Giordano going the extra mile for staff
Written by Caitlin Wong
Maintaining a quality staff and ensuring its stability are corporate manpower priorities that unfortunately often make odd bedfellows.
For employers, the Catch-22 is that the better the quality of their employees, the more difficult it is to retain them due to market competition for manpower. Giordano International has successfully kept this issue at bay even though its reputation as a 'Shaolin Temple', or top training school, in the apparel retail sector makes its employees prime targets for other employers seeking quality talent. Its group human resources director Ngan Lei-tjen said the company had taken sustained measures to promote staff retention, and these proved to be especially beneficial during retail booms like the present.
'We provide a challenging working environment that helps our staff grow and mature quickly. We know that Giordano staff are coveted by other companies so staff retention has always been a management focus for us,' Ms Ngan said.
To this end, Giordano has been implementing a range of measures aimed at fostering employees' morale, loyalty, mutual support, development and competencies which are all major factors with a bearing on their stability. Their effectiveness is evident from the company's stable turnover which has remained on a par with the industry average even during the present market boom, according to Ms Ngan. These measures, she said, also complemented the strong service culture and demanding working environment at Giordano, helping, in particular, new staff to adapt to these challenges quickly.
'We have a strong culture for teamwork and mutual support. Everybody is motivated to be constantly alert to the needs of other colleagues and to be ready to offer a helping hand,' she said. 'We are especially caring towards our new colleagues, who are given direct responsibilities quickly after they have joined the company. While this puts them under rigorous work demands, they are also supported and assisted by their colleagues and supervisors to help them settle in and grow quickly.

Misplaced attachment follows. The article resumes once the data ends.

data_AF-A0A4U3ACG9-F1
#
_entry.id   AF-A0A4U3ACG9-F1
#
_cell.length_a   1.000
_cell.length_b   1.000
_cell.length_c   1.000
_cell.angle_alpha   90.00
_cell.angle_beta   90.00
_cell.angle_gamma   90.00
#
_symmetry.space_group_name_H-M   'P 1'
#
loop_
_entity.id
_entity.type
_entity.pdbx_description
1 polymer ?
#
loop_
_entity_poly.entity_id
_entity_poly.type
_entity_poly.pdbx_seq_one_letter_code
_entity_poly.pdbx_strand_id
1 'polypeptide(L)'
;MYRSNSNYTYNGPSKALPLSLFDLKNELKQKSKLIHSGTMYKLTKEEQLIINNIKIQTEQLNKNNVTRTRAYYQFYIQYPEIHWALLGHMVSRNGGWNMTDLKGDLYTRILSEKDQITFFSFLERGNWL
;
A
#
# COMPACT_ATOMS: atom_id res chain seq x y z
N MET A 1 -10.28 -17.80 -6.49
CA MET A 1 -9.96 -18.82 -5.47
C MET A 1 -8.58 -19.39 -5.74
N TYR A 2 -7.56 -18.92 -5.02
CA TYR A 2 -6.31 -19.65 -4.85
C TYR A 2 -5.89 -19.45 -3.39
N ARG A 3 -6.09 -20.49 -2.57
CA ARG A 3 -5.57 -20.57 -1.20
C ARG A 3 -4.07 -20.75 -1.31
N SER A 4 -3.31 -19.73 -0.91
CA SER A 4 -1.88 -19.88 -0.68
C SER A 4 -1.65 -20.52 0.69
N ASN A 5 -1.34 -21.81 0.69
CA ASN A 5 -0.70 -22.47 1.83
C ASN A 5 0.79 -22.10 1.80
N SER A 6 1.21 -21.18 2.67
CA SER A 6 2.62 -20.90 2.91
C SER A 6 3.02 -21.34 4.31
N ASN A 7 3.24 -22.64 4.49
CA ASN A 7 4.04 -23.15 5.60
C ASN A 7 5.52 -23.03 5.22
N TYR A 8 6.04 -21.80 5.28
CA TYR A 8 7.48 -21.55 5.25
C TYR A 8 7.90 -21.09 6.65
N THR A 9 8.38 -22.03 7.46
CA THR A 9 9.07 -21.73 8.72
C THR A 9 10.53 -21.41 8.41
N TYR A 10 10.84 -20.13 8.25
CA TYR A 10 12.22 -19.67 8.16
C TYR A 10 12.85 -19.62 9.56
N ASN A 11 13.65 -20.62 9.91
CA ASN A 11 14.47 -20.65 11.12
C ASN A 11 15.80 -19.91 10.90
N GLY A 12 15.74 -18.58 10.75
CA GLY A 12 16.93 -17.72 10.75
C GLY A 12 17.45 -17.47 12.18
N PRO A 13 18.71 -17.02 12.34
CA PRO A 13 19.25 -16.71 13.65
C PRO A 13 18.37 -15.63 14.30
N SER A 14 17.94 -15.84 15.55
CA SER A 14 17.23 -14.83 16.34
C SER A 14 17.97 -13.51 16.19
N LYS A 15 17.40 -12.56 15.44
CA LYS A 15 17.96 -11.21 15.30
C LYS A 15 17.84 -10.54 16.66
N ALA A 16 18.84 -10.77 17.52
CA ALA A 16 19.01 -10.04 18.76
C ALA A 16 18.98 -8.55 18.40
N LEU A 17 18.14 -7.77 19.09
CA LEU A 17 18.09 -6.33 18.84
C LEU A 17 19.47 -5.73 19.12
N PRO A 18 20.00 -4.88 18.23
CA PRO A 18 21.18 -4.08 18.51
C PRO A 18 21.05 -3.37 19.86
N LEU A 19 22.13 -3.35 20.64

'All this goes towards creating a happy working environment which is essential for retaining staff. We believe that non-monetary incentives are more important than monetary ones for promoting staff satisfaction and loyalty.'
Established in 1981, Giordano operates more than 1,700 outlets in the Asia-Pacific region employing 11,400 staff. In Hong Kong, it has close to 100 shops and 1,000 staff aged mainly between 20 and 40.
The company conducts an annual survey on staff to help it keep track of its performance as well as employees' perception of their jobs and the company. The findings from last year indicated that staff were proud of the corporate brand, enjoyed working in an energetic team, and appreciated the learning opportunities provided by the company. These were all in line with the needs typical of young workers such as those in Giordano.
Ms Ngan said the findings were a useful reference for mapping out retention measures. For example, there was an award programme to encourage all staff to take up further learning, and positive promotion of a service sub-culture within the back office team to facilitate its supportive interaction with frontline colleagues, thereby enhancing a cordial working environment for all. The company also organised talks and visits to exhibitions to help frontline staff enhance their aesthetic exposure, and encouraged the staff's participation in community services to complement the caring culture it promoted.
Based on a belief that morale boosting initiatives are often best undertaken and sustained by the staff themselves, the management encourages employees to organise such activities by keeping its hands off apart from providing the necessary resources.
'We have learned from experience that if we take the lead in such initiatives, our staff will lose their drive as soon as we stop doing so,' explained Ms Ngan, adding that the similar mindsets and strong creative energy of the young team greatly facilitated the success of this approach.
She said the investment in staff retention made good business sense: 'We have been able to maintain a steady pool of quality staff to uphold our excellent service and brand image, while keeping staff costs at satisfactory levels.'
Staff retention a long-term management focus
Retention measures aimed at fostering employees' morale, loyalty, mutual support, development and competencies are implemented
Stable turnover has remained on a par with the industry average. Staff costs also kept at satisfactory levels.
Annual staff survey provides a reference for retention strategy